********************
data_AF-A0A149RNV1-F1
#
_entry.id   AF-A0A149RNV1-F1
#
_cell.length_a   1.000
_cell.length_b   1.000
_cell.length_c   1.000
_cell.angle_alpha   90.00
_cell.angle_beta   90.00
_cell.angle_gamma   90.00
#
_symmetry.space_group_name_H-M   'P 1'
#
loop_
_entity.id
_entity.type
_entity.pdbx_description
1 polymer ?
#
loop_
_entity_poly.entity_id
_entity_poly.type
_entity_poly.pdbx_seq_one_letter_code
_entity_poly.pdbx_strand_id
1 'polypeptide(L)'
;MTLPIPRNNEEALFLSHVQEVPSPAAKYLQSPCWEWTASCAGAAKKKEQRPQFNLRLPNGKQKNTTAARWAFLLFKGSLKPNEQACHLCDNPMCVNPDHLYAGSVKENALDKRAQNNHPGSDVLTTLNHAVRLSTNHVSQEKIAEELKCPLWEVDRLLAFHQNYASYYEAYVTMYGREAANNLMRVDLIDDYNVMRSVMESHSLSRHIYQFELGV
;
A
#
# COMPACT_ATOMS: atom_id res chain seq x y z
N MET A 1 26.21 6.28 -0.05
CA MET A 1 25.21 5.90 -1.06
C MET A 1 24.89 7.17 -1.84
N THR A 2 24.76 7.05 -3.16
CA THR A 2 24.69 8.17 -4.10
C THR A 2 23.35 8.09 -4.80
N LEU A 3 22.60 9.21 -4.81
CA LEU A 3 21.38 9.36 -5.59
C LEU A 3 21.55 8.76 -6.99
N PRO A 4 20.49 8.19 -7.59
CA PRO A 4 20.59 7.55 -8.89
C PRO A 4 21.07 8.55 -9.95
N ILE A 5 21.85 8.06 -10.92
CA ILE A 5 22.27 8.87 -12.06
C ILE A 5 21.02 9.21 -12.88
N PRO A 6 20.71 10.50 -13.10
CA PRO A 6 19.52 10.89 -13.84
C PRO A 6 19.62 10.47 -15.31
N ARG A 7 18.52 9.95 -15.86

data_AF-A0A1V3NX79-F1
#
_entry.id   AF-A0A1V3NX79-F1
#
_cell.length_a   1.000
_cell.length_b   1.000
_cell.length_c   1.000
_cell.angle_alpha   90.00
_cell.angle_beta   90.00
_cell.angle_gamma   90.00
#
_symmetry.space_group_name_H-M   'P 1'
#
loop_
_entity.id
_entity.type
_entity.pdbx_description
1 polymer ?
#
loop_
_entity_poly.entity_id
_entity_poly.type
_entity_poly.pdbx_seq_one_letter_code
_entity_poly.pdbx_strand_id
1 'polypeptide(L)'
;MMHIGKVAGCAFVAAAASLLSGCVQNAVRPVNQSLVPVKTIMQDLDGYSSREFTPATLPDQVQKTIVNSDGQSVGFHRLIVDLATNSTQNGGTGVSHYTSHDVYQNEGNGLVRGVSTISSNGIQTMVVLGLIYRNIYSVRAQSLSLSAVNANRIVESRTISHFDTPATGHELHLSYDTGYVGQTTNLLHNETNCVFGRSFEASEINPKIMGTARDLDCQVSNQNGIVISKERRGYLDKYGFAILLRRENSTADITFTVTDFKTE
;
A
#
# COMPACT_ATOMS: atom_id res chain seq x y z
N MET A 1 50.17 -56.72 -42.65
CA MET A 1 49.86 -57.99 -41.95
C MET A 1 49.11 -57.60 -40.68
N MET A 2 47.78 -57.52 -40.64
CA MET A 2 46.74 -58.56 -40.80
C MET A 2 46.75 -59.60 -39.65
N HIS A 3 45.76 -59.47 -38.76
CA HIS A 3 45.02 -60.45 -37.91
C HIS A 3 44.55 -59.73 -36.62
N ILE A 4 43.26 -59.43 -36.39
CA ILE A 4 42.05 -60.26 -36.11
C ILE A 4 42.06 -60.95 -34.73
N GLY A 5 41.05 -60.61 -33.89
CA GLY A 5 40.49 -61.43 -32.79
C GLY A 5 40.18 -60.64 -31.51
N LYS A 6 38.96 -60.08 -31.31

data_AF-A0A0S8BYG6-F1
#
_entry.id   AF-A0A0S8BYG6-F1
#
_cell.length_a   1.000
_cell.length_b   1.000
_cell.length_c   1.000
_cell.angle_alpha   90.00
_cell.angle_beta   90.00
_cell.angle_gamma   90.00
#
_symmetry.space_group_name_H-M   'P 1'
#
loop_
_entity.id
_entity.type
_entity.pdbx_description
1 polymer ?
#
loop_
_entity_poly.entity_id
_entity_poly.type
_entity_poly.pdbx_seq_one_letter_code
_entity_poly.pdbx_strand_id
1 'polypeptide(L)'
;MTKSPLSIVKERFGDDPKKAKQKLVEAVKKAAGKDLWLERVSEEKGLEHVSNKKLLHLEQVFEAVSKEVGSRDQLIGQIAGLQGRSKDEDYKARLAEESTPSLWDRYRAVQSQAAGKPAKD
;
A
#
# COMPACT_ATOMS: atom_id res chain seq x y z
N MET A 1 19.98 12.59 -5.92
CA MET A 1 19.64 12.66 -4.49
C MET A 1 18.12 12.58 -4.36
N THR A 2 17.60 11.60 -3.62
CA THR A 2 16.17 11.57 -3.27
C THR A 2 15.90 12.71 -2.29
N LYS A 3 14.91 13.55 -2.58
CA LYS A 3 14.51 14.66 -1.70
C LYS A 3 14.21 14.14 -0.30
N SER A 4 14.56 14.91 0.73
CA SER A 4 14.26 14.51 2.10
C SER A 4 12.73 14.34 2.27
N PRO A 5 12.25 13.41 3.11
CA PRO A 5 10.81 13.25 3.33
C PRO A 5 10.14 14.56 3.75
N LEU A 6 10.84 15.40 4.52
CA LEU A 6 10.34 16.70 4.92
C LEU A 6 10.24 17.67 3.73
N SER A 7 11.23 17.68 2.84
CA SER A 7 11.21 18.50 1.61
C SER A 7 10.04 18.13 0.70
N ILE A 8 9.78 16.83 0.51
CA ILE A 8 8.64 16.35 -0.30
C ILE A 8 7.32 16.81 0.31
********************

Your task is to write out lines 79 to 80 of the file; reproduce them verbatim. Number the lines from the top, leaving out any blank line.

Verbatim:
# COMPACT_ATOMS: atom_id res chain seq x y z
N MET A 1 50.17 -56.72 -42.65